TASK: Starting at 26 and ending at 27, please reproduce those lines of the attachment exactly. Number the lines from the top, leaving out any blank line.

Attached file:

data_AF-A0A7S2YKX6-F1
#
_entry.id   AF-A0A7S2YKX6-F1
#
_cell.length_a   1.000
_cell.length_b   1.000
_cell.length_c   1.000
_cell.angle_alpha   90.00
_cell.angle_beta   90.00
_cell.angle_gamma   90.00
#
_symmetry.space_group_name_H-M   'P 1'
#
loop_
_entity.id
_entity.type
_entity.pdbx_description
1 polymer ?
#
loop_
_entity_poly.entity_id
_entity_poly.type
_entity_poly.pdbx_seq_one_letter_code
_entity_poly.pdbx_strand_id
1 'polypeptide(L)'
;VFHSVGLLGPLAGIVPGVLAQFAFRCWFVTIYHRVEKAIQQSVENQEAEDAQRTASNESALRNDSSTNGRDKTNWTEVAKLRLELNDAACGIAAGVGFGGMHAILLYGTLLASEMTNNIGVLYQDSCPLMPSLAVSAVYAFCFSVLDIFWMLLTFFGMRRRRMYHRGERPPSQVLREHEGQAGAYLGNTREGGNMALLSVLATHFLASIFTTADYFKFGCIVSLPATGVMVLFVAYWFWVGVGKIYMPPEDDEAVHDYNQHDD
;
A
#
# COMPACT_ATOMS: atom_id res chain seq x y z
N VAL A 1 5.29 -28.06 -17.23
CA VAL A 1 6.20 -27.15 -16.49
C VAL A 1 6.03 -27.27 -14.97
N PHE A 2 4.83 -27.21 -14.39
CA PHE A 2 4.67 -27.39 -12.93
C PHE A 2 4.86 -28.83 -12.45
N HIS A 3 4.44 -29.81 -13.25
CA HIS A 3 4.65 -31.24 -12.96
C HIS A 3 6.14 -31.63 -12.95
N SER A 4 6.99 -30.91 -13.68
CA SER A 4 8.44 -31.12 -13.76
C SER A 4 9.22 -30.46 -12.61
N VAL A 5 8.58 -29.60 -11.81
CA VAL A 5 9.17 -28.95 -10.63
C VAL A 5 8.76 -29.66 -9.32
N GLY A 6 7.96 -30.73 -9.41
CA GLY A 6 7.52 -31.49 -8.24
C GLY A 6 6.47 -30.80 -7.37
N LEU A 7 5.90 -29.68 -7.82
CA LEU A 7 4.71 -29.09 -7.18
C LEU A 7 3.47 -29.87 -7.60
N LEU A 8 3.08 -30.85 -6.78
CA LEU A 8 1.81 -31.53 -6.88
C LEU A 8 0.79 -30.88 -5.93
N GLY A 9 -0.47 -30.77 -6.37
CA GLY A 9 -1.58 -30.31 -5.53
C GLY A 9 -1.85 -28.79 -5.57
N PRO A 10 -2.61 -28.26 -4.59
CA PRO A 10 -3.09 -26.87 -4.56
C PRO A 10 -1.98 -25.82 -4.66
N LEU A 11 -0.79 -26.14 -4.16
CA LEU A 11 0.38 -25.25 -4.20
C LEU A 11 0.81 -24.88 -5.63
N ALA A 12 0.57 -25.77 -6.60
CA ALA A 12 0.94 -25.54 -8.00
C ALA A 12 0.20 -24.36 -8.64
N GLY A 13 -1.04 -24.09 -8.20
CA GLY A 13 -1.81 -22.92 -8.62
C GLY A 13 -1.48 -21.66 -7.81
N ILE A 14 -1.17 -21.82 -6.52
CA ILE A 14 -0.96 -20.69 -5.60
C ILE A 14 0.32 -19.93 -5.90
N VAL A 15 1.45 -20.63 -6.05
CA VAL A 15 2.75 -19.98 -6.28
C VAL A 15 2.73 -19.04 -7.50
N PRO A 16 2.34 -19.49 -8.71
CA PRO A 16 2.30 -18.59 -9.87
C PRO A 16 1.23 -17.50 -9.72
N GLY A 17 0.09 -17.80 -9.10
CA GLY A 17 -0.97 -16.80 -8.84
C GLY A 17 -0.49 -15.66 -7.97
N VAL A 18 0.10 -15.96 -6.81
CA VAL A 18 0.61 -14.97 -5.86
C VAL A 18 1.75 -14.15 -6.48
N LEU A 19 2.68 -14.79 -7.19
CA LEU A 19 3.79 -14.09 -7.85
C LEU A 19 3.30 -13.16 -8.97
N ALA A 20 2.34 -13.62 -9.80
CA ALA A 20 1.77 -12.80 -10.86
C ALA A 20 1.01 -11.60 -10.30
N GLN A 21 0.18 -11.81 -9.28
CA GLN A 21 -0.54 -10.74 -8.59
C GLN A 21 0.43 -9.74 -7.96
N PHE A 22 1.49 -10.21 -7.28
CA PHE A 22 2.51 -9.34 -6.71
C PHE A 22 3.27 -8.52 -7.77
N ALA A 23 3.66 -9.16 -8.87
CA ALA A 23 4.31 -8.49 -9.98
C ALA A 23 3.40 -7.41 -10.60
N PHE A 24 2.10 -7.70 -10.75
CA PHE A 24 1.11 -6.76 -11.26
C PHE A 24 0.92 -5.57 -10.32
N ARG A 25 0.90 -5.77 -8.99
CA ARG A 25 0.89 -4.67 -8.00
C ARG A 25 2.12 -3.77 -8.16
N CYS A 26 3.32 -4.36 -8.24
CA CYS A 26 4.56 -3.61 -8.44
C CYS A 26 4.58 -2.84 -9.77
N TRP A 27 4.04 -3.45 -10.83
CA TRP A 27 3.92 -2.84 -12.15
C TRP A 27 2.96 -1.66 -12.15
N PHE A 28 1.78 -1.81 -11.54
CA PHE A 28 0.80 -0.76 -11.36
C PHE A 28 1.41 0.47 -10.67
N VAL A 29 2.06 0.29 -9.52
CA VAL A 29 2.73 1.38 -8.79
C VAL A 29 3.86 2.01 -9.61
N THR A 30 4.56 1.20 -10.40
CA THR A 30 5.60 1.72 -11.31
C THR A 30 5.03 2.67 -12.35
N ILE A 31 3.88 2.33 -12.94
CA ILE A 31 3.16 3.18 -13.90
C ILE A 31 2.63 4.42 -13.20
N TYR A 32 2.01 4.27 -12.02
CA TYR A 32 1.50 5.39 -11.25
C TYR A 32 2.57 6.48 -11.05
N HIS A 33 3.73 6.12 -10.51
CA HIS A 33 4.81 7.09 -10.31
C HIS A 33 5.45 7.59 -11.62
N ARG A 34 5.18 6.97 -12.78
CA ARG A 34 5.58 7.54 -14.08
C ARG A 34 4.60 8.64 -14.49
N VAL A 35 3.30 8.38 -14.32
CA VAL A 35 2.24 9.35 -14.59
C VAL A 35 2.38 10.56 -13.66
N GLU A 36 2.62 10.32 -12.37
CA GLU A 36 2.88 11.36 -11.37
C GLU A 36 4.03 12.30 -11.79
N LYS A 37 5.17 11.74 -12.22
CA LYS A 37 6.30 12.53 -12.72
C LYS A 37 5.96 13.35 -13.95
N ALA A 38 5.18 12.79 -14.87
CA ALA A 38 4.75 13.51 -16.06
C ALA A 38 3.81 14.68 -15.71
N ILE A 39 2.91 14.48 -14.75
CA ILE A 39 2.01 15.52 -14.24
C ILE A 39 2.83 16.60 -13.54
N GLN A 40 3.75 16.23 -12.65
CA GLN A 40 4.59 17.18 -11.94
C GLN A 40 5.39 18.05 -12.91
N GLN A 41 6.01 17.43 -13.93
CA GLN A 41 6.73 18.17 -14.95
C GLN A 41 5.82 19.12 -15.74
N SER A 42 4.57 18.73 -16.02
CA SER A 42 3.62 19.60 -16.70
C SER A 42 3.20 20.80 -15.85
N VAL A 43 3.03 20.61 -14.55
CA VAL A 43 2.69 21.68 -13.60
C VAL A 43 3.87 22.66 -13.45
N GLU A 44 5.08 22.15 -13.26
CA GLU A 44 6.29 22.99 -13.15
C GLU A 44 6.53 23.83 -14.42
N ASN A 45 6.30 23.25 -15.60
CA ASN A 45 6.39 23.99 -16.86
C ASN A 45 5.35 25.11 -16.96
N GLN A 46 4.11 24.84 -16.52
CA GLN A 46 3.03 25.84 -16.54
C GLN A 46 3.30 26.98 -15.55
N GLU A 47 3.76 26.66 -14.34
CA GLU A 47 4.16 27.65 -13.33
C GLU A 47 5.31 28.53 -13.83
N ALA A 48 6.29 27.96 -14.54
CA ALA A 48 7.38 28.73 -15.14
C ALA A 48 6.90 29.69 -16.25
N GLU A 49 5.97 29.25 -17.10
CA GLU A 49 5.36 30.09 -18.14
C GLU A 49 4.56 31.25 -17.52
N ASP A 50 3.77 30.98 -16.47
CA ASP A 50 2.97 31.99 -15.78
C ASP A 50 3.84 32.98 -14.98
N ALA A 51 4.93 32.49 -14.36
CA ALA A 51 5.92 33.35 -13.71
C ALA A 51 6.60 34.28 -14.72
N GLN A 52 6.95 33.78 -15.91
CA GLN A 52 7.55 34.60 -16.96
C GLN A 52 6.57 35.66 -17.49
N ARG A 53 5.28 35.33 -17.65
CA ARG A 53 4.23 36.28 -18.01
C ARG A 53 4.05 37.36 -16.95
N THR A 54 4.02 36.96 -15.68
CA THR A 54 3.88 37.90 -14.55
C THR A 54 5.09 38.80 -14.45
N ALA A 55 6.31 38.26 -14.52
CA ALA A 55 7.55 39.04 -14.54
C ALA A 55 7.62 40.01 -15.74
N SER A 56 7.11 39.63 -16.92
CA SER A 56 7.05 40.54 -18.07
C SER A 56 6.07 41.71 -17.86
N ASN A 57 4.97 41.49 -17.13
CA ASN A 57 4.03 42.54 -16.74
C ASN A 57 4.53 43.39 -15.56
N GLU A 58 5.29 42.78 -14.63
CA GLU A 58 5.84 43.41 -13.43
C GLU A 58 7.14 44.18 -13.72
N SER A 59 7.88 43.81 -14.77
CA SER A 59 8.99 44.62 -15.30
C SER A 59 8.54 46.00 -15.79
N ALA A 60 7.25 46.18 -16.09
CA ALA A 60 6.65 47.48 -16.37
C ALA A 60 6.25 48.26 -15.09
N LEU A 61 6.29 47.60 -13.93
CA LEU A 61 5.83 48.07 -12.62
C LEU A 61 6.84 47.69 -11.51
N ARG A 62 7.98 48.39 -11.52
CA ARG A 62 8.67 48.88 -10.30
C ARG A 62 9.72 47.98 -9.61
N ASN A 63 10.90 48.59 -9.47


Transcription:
;VFHSVGLLGPLAGIVPGVLAQFAFRCWFVTIYHRVEKAIQQSVENQEAEDAQRTASNESALRNDSSTNGRDKTNWTEVAKLRLELNDAACGIAAGVGFGGMHAILLYGTLLASEMTNNIGVLYQDSCPLMPSLAVSAVYAFCFSVLDIFWMLLTFFGMRRRRMYHRGERPPSQVLREHEGQAGAYLGNTREGGNMALLSVLATHFLASIFTTADYFKFGCIVSLPATGVMVLFVAYWFWVGVGKIYMPPEDDEAVHDYNQHDD
;